Sheriffs dismiss a major Democratic talking point on sanctuary cities
Several sheriffs across the country have spoken out against the idea that sanctuary city policies give illegal aliens more confidence to work with local law enforcement. Sanctuary city advocates claim that many illegal aliens will not report crimes, even if they are the victims, because they are afraid their illegal status will be discovered and they will be deported.
"I've not even seen anecdotal evidence," National Sheriffs' Association executive director, Jonathan Thompson, told the Washington Examiner. "The sad thing is that [this claim] suggests that people here are aware of criminal activity and are not reporting it. We have to give them specific dispensation so that they're reporting crimes?”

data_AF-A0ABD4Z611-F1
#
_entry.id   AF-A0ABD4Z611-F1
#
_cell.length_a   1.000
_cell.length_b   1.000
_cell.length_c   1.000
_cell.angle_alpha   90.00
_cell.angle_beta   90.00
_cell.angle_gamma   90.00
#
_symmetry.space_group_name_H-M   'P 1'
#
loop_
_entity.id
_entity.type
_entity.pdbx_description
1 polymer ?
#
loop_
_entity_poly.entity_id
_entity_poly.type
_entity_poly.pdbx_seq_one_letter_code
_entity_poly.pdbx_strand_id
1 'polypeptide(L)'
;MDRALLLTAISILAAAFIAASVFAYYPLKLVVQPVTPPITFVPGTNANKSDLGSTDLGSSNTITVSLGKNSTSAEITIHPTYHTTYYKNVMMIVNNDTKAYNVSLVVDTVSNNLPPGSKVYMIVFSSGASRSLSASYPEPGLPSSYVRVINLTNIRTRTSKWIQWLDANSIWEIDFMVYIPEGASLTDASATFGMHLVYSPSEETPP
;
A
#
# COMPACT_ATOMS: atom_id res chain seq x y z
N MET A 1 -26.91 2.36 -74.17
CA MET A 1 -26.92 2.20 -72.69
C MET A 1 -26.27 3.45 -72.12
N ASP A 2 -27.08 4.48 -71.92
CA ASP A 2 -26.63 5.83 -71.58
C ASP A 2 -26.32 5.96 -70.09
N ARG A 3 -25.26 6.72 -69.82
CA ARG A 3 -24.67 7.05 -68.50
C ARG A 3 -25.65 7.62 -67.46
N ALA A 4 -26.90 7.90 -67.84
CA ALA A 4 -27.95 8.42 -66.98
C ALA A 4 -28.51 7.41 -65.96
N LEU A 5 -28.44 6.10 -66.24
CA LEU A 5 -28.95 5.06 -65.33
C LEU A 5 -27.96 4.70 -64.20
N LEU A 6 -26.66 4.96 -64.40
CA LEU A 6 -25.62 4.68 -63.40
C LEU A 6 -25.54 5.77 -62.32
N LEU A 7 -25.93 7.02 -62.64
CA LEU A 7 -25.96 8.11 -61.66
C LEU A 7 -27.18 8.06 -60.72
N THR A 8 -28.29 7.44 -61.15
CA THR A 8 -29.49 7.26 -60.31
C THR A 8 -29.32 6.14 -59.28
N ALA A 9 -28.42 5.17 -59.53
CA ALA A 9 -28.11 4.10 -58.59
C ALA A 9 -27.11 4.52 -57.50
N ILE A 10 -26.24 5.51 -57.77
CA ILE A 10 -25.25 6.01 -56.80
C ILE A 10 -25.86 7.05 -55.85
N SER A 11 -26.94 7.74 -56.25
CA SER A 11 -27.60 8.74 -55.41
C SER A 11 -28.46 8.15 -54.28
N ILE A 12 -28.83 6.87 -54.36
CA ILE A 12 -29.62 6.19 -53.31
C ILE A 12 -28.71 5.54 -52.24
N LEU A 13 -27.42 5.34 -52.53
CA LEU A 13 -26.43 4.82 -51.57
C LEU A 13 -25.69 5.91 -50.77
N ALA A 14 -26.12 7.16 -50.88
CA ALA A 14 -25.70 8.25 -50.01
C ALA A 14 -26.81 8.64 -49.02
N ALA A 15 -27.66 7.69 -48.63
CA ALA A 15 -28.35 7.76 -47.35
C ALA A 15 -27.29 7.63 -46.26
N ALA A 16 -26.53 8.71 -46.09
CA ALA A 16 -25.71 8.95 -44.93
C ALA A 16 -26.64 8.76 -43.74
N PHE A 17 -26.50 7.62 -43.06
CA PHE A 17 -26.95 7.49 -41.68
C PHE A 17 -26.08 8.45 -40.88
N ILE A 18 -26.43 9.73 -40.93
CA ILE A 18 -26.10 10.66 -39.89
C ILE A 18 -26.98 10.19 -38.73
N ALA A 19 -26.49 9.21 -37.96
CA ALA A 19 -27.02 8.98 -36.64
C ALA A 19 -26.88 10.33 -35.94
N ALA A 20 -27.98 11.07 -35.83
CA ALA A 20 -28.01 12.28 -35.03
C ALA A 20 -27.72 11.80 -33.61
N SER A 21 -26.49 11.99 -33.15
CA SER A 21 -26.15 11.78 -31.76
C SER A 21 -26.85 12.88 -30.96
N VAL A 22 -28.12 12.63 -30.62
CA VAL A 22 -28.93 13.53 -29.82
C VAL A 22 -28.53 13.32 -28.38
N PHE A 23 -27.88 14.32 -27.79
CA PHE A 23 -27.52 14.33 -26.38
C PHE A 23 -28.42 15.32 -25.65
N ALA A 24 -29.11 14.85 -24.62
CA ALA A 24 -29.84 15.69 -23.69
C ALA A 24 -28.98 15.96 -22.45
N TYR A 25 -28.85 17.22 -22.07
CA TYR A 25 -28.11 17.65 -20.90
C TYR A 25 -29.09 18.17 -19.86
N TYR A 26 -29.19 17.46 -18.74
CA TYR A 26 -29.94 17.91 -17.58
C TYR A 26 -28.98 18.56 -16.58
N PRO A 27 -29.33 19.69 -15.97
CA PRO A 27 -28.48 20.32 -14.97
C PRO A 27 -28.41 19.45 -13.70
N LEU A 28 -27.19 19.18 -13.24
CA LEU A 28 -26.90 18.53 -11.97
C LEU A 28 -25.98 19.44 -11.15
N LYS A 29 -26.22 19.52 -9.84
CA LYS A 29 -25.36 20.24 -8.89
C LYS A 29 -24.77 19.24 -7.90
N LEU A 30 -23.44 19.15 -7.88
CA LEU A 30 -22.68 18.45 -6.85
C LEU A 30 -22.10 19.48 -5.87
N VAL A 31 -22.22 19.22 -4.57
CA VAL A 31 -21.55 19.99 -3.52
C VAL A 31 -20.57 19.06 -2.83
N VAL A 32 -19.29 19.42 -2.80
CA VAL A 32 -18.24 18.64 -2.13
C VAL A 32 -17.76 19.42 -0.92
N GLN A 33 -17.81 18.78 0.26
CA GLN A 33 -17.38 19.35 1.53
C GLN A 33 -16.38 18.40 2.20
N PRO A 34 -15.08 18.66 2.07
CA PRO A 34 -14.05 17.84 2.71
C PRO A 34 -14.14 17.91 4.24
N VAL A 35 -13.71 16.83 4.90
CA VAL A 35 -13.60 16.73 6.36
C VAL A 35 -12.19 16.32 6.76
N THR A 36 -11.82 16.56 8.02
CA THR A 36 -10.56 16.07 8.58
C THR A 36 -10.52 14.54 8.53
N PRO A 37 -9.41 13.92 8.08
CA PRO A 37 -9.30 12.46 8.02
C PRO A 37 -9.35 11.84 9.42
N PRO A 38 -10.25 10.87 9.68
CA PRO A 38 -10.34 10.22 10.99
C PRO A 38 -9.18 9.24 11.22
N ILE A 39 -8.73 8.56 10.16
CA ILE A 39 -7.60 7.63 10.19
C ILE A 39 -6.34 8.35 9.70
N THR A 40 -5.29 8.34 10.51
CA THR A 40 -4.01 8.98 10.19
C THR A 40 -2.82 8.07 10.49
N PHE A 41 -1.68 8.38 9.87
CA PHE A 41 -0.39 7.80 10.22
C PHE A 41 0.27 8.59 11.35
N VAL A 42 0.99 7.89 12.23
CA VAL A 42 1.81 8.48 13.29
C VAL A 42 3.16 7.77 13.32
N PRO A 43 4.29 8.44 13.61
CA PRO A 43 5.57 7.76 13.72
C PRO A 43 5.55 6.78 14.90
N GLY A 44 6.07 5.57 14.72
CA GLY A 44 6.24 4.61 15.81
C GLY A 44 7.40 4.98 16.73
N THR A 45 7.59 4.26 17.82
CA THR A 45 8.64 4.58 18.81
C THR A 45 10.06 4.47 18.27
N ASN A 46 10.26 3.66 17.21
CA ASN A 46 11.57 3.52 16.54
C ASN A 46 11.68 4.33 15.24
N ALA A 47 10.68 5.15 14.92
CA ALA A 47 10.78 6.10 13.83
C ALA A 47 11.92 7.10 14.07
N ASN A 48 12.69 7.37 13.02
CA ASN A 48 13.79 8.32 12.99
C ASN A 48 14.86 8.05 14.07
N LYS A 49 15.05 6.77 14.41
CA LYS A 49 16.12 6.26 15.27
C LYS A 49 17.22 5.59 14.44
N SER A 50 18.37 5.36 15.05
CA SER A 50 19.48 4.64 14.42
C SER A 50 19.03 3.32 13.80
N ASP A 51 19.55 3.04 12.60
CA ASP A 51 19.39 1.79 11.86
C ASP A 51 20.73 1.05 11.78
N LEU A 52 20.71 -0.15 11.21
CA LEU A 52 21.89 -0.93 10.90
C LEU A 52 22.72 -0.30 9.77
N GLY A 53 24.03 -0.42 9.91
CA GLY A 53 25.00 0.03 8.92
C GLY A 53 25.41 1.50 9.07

Sheriff Chuck Jenkins of Frederick County, Md., who was called last April to testify in a House of Representatives hearing on the effectiveness of immigration policies, said, "I believe the illegal alien community is smart enough to know that there are protections in place that if they are victims, not to put them into removal custody…They can request a U-visa — basically gives them asylum from any deportation or removal."
Sam Page, a sheriff in Rockingham County, N.C., for almost 20 years, said, "Some people in government at those levels want to be able to pick and choose what laws they enforce. If there are laws on the books, then we enforce the laws. And the legislature and Congress, they enact legislation. If they don't like the laws, then they need to change the laws, but you don't pick and choose which laws you enforce."
You can read the full article at The Washington Examiner.